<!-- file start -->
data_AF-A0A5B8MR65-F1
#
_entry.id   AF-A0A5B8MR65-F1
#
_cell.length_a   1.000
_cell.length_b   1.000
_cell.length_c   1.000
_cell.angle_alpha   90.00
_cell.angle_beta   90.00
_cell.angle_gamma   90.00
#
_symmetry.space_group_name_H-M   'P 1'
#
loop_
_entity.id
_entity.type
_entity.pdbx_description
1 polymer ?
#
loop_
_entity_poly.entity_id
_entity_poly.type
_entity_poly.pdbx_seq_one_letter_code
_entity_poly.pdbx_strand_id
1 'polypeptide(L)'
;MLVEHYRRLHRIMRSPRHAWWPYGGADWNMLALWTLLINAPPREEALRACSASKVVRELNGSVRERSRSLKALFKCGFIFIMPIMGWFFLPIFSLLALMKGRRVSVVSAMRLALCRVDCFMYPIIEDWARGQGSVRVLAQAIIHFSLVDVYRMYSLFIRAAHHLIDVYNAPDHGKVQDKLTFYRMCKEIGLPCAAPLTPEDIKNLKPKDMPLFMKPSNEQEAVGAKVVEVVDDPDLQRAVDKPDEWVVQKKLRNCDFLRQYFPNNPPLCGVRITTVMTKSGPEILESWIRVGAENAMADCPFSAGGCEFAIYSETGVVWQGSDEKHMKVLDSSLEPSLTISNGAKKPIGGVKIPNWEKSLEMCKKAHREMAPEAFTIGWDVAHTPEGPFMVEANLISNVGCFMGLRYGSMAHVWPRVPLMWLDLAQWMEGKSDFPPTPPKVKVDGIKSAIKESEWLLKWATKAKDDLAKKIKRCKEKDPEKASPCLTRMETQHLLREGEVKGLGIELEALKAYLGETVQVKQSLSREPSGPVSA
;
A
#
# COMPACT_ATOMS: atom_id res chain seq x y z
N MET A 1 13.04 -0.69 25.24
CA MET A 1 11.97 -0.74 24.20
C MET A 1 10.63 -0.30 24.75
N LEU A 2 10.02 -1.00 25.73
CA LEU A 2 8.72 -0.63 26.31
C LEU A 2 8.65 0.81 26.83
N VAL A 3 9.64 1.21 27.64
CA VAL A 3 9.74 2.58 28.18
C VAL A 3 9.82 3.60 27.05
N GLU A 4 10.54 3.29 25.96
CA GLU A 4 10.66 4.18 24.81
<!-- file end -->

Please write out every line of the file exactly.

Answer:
data_AF-A0A5B8MR65-F1
#
_entry.id   AF-A0A5B8MR65-F1
#
_cell.length_a   1.000
_cell.length_b   1.000
_cell.length_c   1.000
_cell.angle_alpha   90.00
_cell.angle_beta   90.00
_cell.angle_gamma   90.00
#
_symmetry.space_group_name_H-M   'P 1'
#
loop_
_entity.id
_entity.type
_entity.pdbx_description
1 polymer ?
#
loop_
_entity_poly.entity_id
_entity_poly.type
_entity_poly.pdbx_seq_one_letter_code
_entity_poly.pdbx_strand_id
1 'polypeptide(L)'
;MLVEHYRRLHRIMRSPRHAWWPYGGADWNMLALWTLLINAPPREEALRACSASKVVRELNGSVRERSRSLKALFKCGFIFIMPIMGWFFLPIFSLLALMKGRRVSVVSAMRLALCRVDCFMYPIIEDWARGQGSVRVLAQAIIHFSLVDVYRMYSLFIRAAHHLIDVYNAPDHGKVQDKLTFYRMCKEIGLPCAAPLTPEDIKNLKPKDMPLFMKPSNEQEAVGAKVVEVVDDPDLQRAVDKPDEWVVQKKLRNCDFLRQYFPNNPPLCGVRITTVMTKSGPEILESWIRVGAENAMADCPFSAGGCEFAIYSETGVVWQGSDEKHMKVLDSSLEPSLTISNGAKKPIGGVKIPNWEKSLEMCKKAHREMAPEAFTIGWDVAHTPEGPFMVEANLISNVGCFMGLRYGSMAHVWPRVPLMWLDLAQWMEGKSDFPPTPPKVKVDGIKSAIKESEWLLKWATKAKDDLAKKIKRCKEKDPEKASPCLTRMETQHLLREGEVKGLGIELEALKAYLGETVQVKQSLSREPSGPVSA
;
A
#
# COMPACT_ATOMS: atom_id res chain seq x y z
N MET A 1 13.04 -0.69 25.24
CA MET A 1 11.97 -0.74 24.20
C MET A 1 10.63 -0.30 24.75
N LEU A 2 10.02 -1.00 25.73
CA LEU A 2 8.72 -0.63 26.31
C LEU A 2 8.65 0.81 26.83
N VAL A 3 9.64 1.21 27.64
CA VAL A 3 9.74 2.58 28.18
C VAL A 3 9.82 3.60 27.05
N GLU A 4 10.54 3.29 25.96
CA GLU A 4 10.66 4.18 24.81